Start your day with a summary of today’s top stories from Poland’s leading news sites.
Called "Inspiruje nas rozmowa" (Inspired by Conversation) the joint project between the City of Lublin and over a dozen participating restaurants, offers diners the chance to voluntarily hand their phones over to be kept in specially designed charging cages.
The religious books come from the original collection in the Chachmei Lublin Yeshiva which was once the largest Talmudic school in the world. The fate of the library is one of the biggest wartime mysteries of Lublin.
Developed by Medical Inventi, the product called FlexiOss is the world’s first elastic bone replacement composite made hydroxyapatite, a calcium phosphate.
Although Warsaw has done more than most to commemorate Poland’s greatest women, with only one statue in Poznań and a scattering of others across the country, Webber finds women often railroaded to become little more than composite representations of ideals or movements. With additional research by Lidia Ławecka.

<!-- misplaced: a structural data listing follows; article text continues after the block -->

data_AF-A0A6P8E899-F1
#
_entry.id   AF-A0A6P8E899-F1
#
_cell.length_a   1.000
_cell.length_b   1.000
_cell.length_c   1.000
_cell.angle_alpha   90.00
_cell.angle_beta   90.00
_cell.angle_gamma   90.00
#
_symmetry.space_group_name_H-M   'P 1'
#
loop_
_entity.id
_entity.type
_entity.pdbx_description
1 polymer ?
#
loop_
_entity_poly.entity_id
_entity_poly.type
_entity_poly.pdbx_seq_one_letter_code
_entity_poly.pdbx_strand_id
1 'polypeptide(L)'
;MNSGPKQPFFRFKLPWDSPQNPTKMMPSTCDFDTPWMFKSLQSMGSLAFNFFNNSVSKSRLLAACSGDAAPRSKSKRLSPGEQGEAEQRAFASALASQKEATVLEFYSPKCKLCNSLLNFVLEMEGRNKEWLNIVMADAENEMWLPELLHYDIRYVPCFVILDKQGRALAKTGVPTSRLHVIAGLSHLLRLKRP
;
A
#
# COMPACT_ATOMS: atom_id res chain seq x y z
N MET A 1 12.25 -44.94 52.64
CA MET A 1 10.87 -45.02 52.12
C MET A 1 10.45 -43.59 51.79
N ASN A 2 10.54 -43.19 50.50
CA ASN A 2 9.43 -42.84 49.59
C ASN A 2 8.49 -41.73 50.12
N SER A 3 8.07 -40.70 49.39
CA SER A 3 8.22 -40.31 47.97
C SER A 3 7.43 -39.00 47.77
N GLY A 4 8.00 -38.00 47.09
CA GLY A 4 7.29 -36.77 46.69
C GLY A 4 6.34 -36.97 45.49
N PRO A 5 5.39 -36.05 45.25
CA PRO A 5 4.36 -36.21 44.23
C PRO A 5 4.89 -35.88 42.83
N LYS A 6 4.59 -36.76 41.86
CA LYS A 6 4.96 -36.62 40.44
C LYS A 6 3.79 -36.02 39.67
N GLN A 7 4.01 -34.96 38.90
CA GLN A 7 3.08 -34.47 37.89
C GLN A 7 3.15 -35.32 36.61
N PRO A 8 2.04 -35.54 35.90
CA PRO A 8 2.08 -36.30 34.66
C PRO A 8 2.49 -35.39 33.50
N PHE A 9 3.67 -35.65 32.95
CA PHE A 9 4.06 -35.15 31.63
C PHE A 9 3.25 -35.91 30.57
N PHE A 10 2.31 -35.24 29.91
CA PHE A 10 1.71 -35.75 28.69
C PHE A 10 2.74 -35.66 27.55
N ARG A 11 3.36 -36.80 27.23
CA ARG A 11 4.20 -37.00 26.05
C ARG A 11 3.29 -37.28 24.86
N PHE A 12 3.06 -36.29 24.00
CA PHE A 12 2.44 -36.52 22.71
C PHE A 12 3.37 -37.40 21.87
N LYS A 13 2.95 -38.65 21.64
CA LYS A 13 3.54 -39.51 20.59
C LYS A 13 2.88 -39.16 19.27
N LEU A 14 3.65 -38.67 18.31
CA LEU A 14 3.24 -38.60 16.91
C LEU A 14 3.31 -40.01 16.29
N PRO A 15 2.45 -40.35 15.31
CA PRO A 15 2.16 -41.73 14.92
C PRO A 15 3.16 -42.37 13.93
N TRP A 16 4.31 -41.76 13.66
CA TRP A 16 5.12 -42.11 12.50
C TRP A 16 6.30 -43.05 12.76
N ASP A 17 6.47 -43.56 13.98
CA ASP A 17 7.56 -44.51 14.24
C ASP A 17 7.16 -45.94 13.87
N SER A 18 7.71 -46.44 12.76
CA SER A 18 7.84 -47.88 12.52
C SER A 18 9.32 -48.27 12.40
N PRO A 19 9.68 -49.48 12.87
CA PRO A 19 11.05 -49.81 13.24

Although the ruins at the site of the 1st Military Clinical Hospital in Lublin were known for some time, investigations were launched after an intrigued worker recalled stories from post-war doctors at the hospital about their origins.
The Institute of National Remembrance said it was now “looking for the heroic author of the Solidarity inscription. Help us find the author of the slogan. If you know something or know someone who could help us, please contact the Lublin Branch of the IPN.
VIDEO: Designed by the locally-based Orizon Group, the stunning 3D renderings present a detailed reconstructions of two iconic buildings: the parish church of St. Michael the Archangel and a water tower that once stood on what is now known as Pl. Wolności.
In parting with the traditional and embracing contemporary circus, the Carnaval aims to get a party going on the streets of Lublin, which becomes a hub for performers, buskers and so-called ‘ludic artists’ of all kinds…
Murdered by communists in Lublin Castle in 1949, the whereabouts of Henryk Wieliczko’s body remained unknown for six decades.